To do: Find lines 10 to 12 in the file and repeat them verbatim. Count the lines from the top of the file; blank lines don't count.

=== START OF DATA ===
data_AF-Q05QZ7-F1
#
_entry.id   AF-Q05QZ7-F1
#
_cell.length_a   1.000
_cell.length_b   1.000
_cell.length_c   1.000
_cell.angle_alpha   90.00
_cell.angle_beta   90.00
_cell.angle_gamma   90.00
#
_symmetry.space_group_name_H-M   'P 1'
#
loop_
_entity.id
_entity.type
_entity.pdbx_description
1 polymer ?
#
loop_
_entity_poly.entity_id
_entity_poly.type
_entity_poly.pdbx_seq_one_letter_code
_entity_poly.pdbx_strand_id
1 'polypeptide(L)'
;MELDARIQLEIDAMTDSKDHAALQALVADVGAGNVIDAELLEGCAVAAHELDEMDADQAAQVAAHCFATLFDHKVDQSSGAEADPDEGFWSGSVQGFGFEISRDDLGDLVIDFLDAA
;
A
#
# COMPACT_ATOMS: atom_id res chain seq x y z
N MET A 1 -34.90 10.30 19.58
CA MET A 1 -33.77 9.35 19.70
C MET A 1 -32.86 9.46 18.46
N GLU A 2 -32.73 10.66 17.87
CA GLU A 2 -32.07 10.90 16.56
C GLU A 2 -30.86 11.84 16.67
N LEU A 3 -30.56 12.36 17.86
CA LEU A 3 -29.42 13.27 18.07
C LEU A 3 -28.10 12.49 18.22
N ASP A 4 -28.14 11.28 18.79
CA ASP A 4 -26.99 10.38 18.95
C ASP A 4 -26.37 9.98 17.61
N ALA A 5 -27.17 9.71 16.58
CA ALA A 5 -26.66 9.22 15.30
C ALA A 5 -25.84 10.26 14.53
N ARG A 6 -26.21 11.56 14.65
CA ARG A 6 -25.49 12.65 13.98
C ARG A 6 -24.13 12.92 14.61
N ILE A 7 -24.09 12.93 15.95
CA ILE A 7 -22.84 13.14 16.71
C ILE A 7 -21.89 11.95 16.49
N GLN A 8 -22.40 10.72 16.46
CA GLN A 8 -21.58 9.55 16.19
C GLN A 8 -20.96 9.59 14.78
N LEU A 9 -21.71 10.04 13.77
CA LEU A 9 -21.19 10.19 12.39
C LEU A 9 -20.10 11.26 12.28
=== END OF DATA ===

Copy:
_cell.angle_gamma   90.00
#
_symmetry.space_group_name_H-M   'P 1'